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Dean Pomerleau posted a topic in General Health and LongevityAll, Over on the thread Common Chronic Viral Infections Linked to Cognitive Decline we've seen how cytomegalovirus (CMV) is associated with immunosenescence, atherosclerotic plaques, and cognitive decline. It appear the body's immune system gets worn out (i.e. immune system stem cells get depleted) by trying in vain to eliminate chronic CMV infection. This heighted immune response results in systemic inflammation, increased plaque formation in arteries and reduced blood flow to the brain, triggering cognitive decline. Overall bad news. The news is made even worse by the fact that between 50 and 80% of people are infected with cytomegalovirus by age 40! And in the elderly, the typical infection rate can be upwards of 95%... But the real kicker, and the reason for this new thread devoted to CMV, is this study , ominously titled Cytomegalovirus infection accelerates epigenetic aging, which was covered this week in a blog post by Reason over at FightAging! In the study, they looked at the CMV status of two sets of people - some their 20s and some in their 90+ and correlated CMV status with "epigenetic age" as measured by "clock like" changes in DNA methylation that appear to happen as people age. This epigenetic age metric has been shown in several studies to correlated with both physical and mental fitness , and with mortality rate . For example Marioni et al.  observed that 69–79 year old individuals had a 16% increased mortality during a 4–10 year follow-up if the epigenetic age was 5 years higher than the calendar age. What they found first was that 57% of the 20-somethings tested positive for CMV, and 95% of the nonagenarians tested positive - once again showing CMV infection is extremely common in the general population. Further, they found that in the younger cohort, being CMV-positive as associated with a 2.5 year increase in epigenetic age, and in the older folks, testing positive for CMV was associated with a 7 year increase in epigenetic age. But it gets worse. This 2011 study  found that in 14,000+ people age ≥25 from the NHANES III cohort, being CMV-positive was associated with an 20% increase in all-cause mortality over a ~16 year follow-up period. People who were both CMV-positive and had elevated C-reactive protein (> 3.0 mg/L) had it even worse - they were at a 30% higher risk of mortality relative to the (already mortality-challenged) CMV-positive folks with low CRP. Here is the graph of the data for all-cause mortality as a function of CMV status and CRP level ("high" CRP means ≥ 3.0 mg/L): Notice how simply being CMV-positive (even with low CRP) was dramatically worse for all-cause mortality risk than if you have a CRP of > 3.0 mg/L, but are free from CMV infection. How sucky is that? We try so hard to make sure our level of systemic inflammation (as measured by C-reative protein) is low. But it turns out having high CRP isn't nearly as bad for longevity as simply having a chronic CMV infection, which almost everyone has. In short, having what has long been thought to be a (relatively) harmless chronic infection with CMV appears associated with dramatic speeding up of the aging process and an increase in mortality risk. More bad news - once you've got CMV, you've got it for life. There are antiviral drugs to fight CMV given to people who have compromised immune systems and solid organ recipients, but they don't cure it and have nasty side effects like immune system suppression and kidney damage to boot. LEF offers tests for chronic CMV infection or acute CMV infection for $59 and $99 respectively (member pricing), but for those who've recently donated blood, you should be able to call your blood bank like I did to find out your CMV status for free. What can someone do to avoid contracting CMV if they are lucky enough not to have it already? It's passed via bodily fluids, so the best way to avoid contracting it is through practicing good hygiene, including: Wash your hands often. Use soap and water for 15 to 20 seconds, especially if you have contact with young children or their diapers, drool or other oral secretions. This is especially important if the children attend child care. Avoid contact with tears and saliva when you kiss. Instead of kissing on the lips, for instance, kiss on the forehead. This is especially important if you're pregnant. Avoid sharing food or drinking out of the same glass as others. Sharing glasses and kitchen utensils can spread the CMV virus. Be careful with disposable items. When disposing of diapers, tissues and other items that have been contaminated with bodily fluids, be careful not to touch your hands to your face until after thoroughly washing your hands. Clean toys and countertops. Clean any surfaces that come into contact with children's urine or saliva. Practice safe sex. Wear a condom during sexual contact to prevent spreading the CMV virus through semen and vaginal fluids. Given the serious apparent downsides of CMV infection, protecting my current CMV-negative status seems to me the most compelling reason to diligently adhering to this admittedly rather burdensome set of hygiene practices. --Dean -------  Exp Gerontol. 2015 Dec;72:227-9. doi: 10.1016/j.exger.2015.10.008. Epub 2015 Oct 17. Cytomegalovirus infection accelerates epigenetic aging. Kananen L(1), Nevalainen T(2), Jylhävä J(3), Marttila S(4), Hervonen A(5), Jylhä M(6), Hurme M(7). Full text: http://sci-hub.cc/10.1016/j.exger.2015.10.008 Epigenetic mechanisms such as DNA methylation (DNAm) have a central role in the regulation of gene expression and thereby in cellular differentiation and tissue homeostasis. It has recently been shown that aging is associated with profound changes in DNAm. Several of these methylation changes take place in a clock-like fashion, i.e. correlating with the calendar age of an individual. Thus, the epigenetic clock based on these kind of DNAm changes could provide a new biomarker for human aging process, i.e. being able to separate the calendar and biological age. Information about the correlation of the time indicated by this clock to the various aspects of immunosenescence is still missing. As chronic cytomegalovirus (CMV) infection is probably one of the major driving forces of immunosenescence, we now have analyzed the correlation of CMV seropositivity with the epigenetic age in the Vitality 90+cohort 1920 (122 nonagenarians and 21 young controls, CMV seropositivity rates 95% and 57%, respectively). The data showed that CMV seropositivity was associated with a higher epigenetic age in both of these age groups (median 26.5 vs. 24.0 (p < 0.02,Mann–Whitney U-test) in the young controls and 76.0 vs. 70.0 (p < 0.01) in the nonagenarians). Thus, these data provide a new aspect to the CMV associated pathological processes. DOI: 10.1016/j.exger.2015.10.008 PMID: 26485162 ------  Marioni, R.E., Shah, S., McRae, A.F., Ritchie, S.J., Muniz-Terrera, G., Harris, S.E., et al., 2015b. The epigenetic clock is correlated with physical and cognitive fitness in the Lothian birth cohort 1936. Int. J. Epidemiol. (doi:dyu277 [pii]) -------  Marioni, R.E., Shah, S., McRae, A.F., Chen, B.H., Colicino, E., Harris, S.E., et al., 2015a. DNA methylation age of blood predicts all-cause mortality in later life. Genome Biol. 16 (1), 25 (doi:s13059-015-0584-6 [pii]). -------  PLoS One. 2011 Feb 17;6(2):e16103. doi: 10.1371/journal.pone.0016103. Seropositivity to cytomegalovirus, inflammation, all-cause and cardiovascular disease-related mortality in the United States. Simanek AM(1), Dowd JB, Pawelec G, Melzer D, Dutta A, Aiello AE. Free full text: http://www.ncbi.nlm.nih.gov/pmc/articles/pmid/21379581/ BACKGROUND: Studies have suggested that CMV infection may influence cardiovascular disease (CVD) risk and mortality. However, there have been no large-scale examinations of these relationships among demographically diverse populations. The inflammatory marker C-reactive protein (CRP) is also linked with CVD outcomes and mortality and may play an important role in the pathway between CMV and mortality. We utilized a U.S. nationally representative study to examine whether CMV infection is associated with all-cause and CVD-related mortality. We also assessed whether CRP level mediated or modified these relationships. METHODOLOGY/PRINCIPAL FINDINGS: Data come from subjects ≥ 25 years of age who were tested for CMV and CRP level and were eligible for mortality follow-up on December 31(st), 2006 (N = 14153) in the National Health and Nutrition Examination Survey (NHANES) III (1988-1994). Cox proportional hazard models were used to estimate hazard ratios (HR) and 95% confidence intervals (CI) for all-cause and CVD-related mortality by CMV serostatus. After adjusting for multiple confounders, CMV seropositivity remained statistically significantly associated with all-cause mortality (HR 1.19, 95% CI: 1.01, 1.41). The association between CMV and CVD-related mortality did not achieve statistical significance after confounder adjustment. CRP did not mediate these associations. However, CMV seropositive individuals with high CRP levels showed a 30.1% higher risk for all-cause mortality and 29.5% higher risk for CVD-related mortality compared to CMV seropositive individuals with low CRP levels. CONCLUSIONS/SIGNIFICANCE: CMV was associated with a significant increased risk for all-cause mortality and CMV seropositive subjects who also had high CRP levels were at substantially higher risk for both for all-cause and CVD-related mortality than subjects with low CRP levels. Future work should target the mechanisms by which CMV infection and low-level inflammation interact to yield significant impact on mortality. DOI: 10.1371/journal.pone.0016103 PMCID: PMC3040745 PMID: 21379581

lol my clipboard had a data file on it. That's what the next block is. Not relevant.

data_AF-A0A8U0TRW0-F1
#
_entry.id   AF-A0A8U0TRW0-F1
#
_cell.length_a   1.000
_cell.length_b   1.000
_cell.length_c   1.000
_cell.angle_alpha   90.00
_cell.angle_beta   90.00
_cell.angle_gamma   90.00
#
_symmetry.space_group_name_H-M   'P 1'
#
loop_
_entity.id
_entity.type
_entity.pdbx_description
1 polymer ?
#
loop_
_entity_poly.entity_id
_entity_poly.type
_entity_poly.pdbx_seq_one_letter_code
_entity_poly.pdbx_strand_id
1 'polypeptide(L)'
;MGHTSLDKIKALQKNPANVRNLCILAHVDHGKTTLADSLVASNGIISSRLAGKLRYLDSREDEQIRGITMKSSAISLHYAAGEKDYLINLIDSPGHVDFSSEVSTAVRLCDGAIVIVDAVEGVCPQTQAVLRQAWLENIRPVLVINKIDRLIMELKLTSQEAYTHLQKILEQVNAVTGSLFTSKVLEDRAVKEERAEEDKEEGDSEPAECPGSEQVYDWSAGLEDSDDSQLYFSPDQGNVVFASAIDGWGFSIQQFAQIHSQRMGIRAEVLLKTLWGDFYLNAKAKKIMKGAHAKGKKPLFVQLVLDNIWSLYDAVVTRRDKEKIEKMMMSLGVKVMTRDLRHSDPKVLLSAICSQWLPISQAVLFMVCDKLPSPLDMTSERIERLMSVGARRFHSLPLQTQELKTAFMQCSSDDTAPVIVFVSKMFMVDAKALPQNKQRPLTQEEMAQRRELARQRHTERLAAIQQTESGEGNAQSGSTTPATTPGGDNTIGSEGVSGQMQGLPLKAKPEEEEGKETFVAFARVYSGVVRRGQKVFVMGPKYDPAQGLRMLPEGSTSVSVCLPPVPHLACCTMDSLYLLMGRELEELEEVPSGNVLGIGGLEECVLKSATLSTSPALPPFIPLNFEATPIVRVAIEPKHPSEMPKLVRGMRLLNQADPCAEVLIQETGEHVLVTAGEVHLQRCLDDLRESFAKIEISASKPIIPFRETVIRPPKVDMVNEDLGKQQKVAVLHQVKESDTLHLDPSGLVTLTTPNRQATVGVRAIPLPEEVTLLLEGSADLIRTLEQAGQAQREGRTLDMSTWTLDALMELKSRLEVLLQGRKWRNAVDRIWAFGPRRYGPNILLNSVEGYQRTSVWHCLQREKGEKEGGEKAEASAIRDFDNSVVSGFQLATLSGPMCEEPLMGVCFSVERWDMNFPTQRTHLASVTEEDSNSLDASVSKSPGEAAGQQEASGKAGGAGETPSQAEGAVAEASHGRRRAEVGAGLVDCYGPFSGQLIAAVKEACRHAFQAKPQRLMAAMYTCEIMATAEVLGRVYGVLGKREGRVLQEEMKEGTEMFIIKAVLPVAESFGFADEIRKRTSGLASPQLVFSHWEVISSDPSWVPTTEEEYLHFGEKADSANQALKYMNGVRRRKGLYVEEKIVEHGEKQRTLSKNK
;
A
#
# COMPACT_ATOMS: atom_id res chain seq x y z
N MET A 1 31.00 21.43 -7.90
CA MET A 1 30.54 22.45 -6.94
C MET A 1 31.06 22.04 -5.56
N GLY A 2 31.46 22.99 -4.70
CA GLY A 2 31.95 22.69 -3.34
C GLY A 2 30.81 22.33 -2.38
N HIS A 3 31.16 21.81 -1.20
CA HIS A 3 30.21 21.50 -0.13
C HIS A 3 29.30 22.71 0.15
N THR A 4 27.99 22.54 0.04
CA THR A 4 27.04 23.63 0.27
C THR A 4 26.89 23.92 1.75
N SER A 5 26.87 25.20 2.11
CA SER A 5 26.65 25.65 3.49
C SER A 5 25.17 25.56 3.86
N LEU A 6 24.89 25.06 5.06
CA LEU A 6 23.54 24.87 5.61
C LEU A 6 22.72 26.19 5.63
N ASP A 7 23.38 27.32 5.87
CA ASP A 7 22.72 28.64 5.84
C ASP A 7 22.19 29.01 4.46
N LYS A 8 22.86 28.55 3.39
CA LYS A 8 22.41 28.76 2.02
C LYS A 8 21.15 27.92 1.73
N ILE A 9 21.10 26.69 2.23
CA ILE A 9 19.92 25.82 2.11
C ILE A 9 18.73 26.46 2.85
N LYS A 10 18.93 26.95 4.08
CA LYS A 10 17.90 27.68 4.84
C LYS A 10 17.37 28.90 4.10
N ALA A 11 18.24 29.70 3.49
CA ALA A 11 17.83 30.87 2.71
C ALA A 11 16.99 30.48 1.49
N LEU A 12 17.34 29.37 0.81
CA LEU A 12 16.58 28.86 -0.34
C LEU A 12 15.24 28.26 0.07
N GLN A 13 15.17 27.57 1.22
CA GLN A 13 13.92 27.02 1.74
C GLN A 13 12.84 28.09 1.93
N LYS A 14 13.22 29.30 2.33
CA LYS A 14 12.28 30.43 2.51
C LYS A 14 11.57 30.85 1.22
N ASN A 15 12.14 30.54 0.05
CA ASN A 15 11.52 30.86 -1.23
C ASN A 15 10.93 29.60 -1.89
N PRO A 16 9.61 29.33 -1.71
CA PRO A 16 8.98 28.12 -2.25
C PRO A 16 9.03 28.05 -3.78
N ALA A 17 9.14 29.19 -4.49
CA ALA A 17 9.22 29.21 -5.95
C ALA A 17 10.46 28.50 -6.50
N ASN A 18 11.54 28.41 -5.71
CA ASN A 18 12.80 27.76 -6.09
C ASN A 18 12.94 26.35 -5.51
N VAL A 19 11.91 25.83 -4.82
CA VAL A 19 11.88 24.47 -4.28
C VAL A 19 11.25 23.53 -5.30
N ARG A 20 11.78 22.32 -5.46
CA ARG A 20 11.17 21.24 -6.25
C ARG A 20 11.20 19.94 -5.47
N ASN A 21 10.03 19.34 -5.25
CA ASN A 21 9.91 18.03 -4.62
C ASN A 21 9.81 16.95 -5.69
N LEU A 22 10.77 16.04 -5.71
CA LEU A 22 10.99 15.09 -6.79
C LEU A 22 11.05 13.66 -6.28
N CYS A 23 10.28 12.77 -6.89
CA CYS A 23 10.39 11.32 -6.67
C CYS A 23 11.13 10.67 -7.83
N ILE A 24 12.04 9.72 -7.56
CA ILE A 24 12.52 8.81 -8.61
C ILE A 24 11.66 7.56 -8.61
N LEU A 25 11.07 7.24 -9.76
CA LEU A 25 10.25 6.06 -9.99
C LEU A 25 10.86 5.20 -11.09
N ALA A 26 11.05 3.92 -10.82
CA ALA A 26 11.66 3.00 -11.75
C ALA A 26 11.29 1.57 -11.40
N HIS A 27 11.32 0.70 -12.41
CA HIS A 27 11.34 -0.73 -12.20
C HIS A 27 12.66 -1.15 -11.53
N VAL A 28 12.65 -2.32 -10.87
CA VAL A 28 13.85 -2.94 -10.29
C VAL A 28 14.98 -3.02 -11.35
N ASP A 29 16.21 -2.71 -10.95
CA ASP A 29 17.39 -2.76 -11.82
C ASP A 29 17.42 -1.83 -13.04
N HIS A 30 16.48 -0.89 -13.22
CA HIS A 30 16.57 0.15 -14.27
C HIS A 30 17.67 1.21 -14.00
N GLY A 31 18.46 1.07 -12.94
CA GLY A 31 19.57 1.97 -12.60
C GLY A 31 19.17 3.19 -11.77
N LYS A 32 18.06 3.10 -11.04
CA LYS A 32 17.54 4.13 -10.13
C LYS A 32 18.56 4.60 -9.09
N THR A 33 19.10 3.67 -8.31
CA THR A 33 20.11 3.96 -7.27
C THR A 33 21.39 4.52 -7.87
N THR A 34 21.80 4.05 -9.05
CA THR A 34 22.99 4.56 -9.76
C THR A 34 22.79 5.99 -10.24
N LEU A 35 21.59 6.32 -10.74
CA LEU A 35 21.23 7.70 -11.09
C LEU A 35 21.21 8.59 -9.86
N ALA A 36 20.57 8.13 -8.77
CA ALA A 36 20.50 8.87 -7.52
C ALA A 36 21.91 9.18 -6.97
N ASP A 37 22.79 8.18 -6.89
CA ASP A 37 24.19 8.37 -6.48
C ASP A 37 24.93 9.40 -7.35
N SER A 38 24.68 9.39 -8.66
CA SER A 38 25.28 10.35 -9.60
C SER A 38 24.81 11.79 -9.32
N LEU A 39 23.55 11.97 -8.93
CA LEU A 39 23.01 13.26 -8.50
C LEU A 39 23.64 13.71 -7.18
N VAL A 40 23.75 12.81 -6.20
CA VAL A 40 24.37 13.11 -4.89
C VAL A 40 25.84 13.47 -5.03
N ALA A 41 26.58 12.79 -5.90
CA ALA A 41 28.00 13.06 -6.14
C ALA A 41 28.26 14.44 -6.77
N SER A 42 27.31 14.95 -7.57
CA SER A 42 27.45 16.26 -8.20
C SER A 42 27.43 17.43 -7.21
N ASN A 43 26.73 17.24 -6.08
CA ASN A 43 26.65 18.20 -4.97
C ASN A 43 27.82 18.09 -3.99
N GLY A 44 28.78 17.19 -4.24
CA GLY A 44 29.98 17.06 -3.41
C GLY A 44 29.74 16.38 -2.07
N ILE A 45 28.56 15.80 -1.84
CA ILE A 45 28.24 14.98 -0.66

Michael R posted a topic in CR Science & TheoryAll: Rapamycin is by far the best-supported drug (or "drug-type" supplement) potential anti-aging therapy, as most or all of you should know; it is thought to work by inhibiting mTOR, thereby inhibiting protein synthesis and boosting autophagy. Its interactions with the mechanisms of CR in mammals are complex but seemingly not very overlapping, as discussed eg here , here, and most cogently in this context here, suggesting the tantalizing possibility that rapamycin might not be a "CR mimetic" as once thought, but engage a different anti-aging pathway that might be additive to or synergistic with CR mimetics or CR itself. The biggest heretofore-identified potential roadblocks to the use of rapamycin or some modified mTOR inhibitor as anti-aging interventions in humans are diabetic-like side-effects and immune suppression seen in patients given rapamycin for existing indications (mostly, exactly to suppress the immune system, as especially after transplantation). Now, a new study reports that rapamycin can actually enhance the immunological response to vaccination in aging humans: The most immediate caveat: simply showing the mounting of a better antibody response after short-term use of the drug is not the same thing as actually showing more effective defense against and clearance of the target pathogen after long-term use of the drug to slow the aging process. In (2), The latter study has been discussed in this thread on the CR Society Listserv; I should have, but haven't yet, responded to some of Tom's objections to the latter. References 1. Joan B. Mannick, Giuseppe Del Giudice, Maria Lattanzi, Nicholas M. Valiante, Jens Praestgaard, Baisong Huang, Michael A. Lonetto, Holden T. Maecker, John Kovarik, Simon Carson, David J. Glass, and Lloyd B. Klickstein mTOR inhibition improves immune function in the elderly Sci Transl Med 24 December 2014: Vol. 6, Issue 268, p. 268ra179 Sci. Transl. Med. DOI: 10.1126/scitranslmed.3009892 [No PMID yet] 2. Lifespan-extending caloric restriction or mTOR inhibition impair adaptive immunity of old mice by distinct mechanisms. Goldberg EL, Romero-Aleshire MJ, Renkema KR, Ventevogel MS, Chew WM, Uhrlaub JL, Smithey MJ, Limesand KH, Sempowski GD, Brooks HL, Nikolich-Žugich J. Aging Cell. 2014 Nov 26. doi: 10.1111/acel.12280. [Epub ahead of print] PMID:25424641[PubMed - as supplied by publisher] Free Article